Sherrie (Julianne Hough) arrives in Los Angeles as an incautious dreamer. However, when she’s mugged and left with only $17 to her name, she’s left dishearted by the place she’s dreamt of since her tender years. Thankfully, she’s saved by the equally ambitious Drew (Diego Boneta) and lead to steady work at the famous Bourbon Rooms. However, when the Mayor’s wife (Catherine Zeta-Jones) starts scheming to shut down the rock ‘n roll venue for good, her idol – Continue reading “Review: Rock Of Ages (2012)”
Upon waking up one morning, Eric Packer (Robert Pattinson), a 29-year-old businessman, decides he needs a haircut. Riding in his white limousine through the streets and suburbs of New York City, Eric comes into contact with all manner of commodities, not least his own innately fractured mind, leading to contemplation, suspense and destruction.
Adapted by writer and director David Cronenberg from Don DeLillo’s divisive novel, Cosmopolis is an introspective, effusive affair about Eric’s own wavering Continue reading “Review: Cosmopolis (2012)”
Cosmopolis has been scheduled for a U.K. release on June 15, Launching Films has revealed.
The film, written and directed by iconic cult filmmaker David Cronenberg (Eastern Promises), is based on Don DeLillo’s novel of the same name and stars Robert Pattinson, Jay Baruchel, Paul Giamatti, Juliette Binoche, Samantha Continue reading “Cosmopolis Poised For June 15 Release In The U.K.”
From the studio that brought us awards darling Little Miss Sunshine comes an offbeat sports comedy-drama from upcoming writer/director Thomas McCarthy, starring Paul Giamatti, Amy Ryan and newcomer Alex Shaffer.
The film centers on Mike Flaherty (Giamatti), a disheartened attorney and high school wrestling coach, who stumbles across a star athlete (Shaffer) through some questionable business dealings while trying to support his family. Just as it looks like he will get a double payday, the boy’s mother (Melanie Lynskey) shows up fresh from rehab and flat broke, threatening to derail everything.
McCarthy specialises in light humanism: storytelling that features ordinary people facing their relatable existences with an honest realism and finesse that is all too relatable. Win Win is no exception, and it exemplifies this in an extremely dignified and absorbing way, which should – at last – propel McCarthy into the mainstream.
His self-penned screenplay is full of warmth, fully realised characters, witty scenarios and bag fulls of humour – proving that dramedies needn’t have overblown set-pieces or self-conscious scrutiny to have a long-lasting, appeasing affect on their viewers. Even though the narrative splits off in several directions, Mike’s inner-turmoil and devotion to his family and friends remains at the forefront.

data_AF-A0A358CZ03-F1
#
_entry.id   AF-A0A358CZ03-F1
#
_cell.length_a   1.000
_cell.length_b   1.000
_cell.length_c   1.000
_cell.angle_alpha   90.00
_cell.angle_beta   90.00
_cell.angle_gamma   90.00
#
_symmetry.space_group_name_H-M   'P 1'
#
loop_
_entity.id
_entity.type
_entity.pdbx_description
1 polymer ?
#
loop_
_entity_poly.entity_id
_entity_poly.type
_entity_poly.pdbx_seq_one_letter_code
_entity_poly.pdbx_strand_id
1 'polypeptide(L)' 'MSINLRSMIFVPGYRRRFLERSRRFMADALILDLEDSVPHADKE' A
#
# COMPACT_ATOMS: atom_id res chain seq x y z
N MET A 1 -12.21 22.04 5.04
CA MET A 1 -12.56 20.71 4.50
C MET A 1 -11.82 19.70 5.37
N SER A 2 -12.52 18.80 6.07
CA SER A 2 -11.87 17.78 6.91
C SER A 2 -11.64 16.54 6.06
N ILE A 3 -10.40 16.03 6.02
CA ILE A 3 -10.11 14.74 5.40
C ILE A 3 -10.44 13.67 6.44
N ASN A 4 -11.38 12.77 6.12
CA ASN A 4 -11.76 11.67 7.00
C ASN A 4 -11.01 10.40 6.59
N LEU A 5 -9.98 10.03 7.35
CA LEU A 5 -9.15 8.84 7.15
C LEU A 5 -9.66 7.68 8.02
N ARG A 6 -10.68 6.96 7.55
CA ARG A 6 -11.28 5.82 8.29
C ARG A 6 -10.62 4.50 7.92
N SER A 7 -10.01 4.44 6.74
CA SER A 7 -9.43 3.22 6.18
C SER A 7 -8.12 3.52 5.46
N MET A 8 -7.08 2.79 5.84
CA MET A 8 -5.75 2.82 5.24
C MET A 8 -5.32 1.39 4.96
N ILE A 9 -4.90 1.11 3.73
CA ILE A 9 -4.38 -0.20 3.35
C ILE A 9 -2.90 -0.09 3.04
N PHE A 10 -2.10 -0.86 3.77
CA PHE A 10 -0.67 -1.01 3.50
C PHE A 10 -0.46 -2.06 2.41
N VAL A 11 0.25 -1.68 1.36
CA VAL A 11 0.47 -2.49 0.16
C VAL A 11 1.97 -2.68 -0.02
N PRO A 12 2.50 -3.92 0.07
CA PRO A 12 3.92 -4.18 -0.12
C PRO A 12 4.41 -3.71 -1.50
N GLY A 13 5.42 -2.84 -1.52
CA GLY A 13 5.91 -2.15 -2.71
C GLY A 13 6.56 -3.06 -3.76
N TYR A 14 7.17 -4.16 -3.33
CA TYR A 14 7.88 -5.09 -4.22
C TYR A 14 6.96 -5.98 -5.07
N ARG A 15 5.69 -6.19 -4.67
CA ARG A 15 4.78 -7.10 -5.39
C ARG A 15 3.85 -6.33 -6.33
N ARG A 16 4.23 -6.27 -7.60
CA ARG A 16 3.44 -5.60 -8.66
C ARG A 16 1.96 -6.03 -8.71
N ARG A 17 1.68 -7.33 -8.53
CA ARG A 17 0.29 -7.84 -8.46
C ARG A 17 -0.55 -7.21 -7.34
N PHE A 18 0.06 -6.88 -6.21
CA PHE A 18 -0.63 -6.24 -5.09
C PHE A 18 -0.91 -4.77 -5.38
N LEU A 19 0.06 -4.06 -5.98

Furthermore, the direction is breezy, never overly infringing upon the drama. It perfectly compliments the material, as it lets the characters’ respective predicaments and the astutely criss-cross narrative breathe in a naturalistic and sensible way.
The triumph, however, lies in the casting. Giamatti delivers a wholly warm, genteel and august performance as the emotionally thwarted Matt, which is complimented extraordinarily by Amy Ryan as his benevolent yet overly vigilant wife Jackie.
Both are shamefully underrated actors, and their flawless paring alone – one that effuses a sense of easiness that’s so rarely captured by on-screen couples – undeniably affirms them as strong-willed and vital actors.
The supporting cast, including a pitch-perfect Jeffrey Tambor as Mike’s life-long friend Terry and a note-worthy Lynskey as Kyle’s off the rails mother, hold their own tremendously against the compelling duo.
When it comes to it, though, the real star is newcomer Shaffer. Plucked from obscurity for his naturalistic skill in the wrestling ring, Shaffer delivers a fantastic debut performance as Kyle, owning his scenes in a way that stays with you long after the credits roll. His chemistry with Giamatti glows with warmth and adoration, making their father and son-like dynamic radiate.
Win Win is both a richly engaging and wittily observed human affair that offers consistent offbeat humour, endearing performances and amiable direction.
Best Motion Picture – Drama
- The Social Network
Best Performance By An Actress In A Motion Picture – Drama
- Natalie Portman – (Black Swan)
Best Performance By An Actor In A Motion Picture – Drama
- Colin Firth – (The King’s Speech)
Best Motion Picture – Musical or Comedy
- The Kids Are All Right
Best Performance By An Actress In A Motion Picture – Musical Or Comedy
- Annette Bening – (The Kids Are All Right)
Best Performance By An Actor In A Motion Picture – Musical Or Comedy
- Paul Giamatti – (Barney’s Version)
Best Performance By An Actress In A Supporting Role – Motion Picture
- Melissa Leo – (The Fighter)
Best Performance By An Actor In A Supporting Role – Motion Picture
- Christian Bale – (The Fighter)
Best Animated Feature Film
- Toy Story 3
Best Foreign Language Film
- In A Better World
Best Director – Motion Picture
- David Fincher – (The Social Network)
Best Screenplay – Motion Picture
- The Social Network – (Aaron Sorkin)
Best Original Score – Motion Picture
- The Social Network – (Trent Reznor & Atticus Ross)
Best Original Song – Motion Picture
- You Haven’t Seen The Last Of Me – (Burlesque)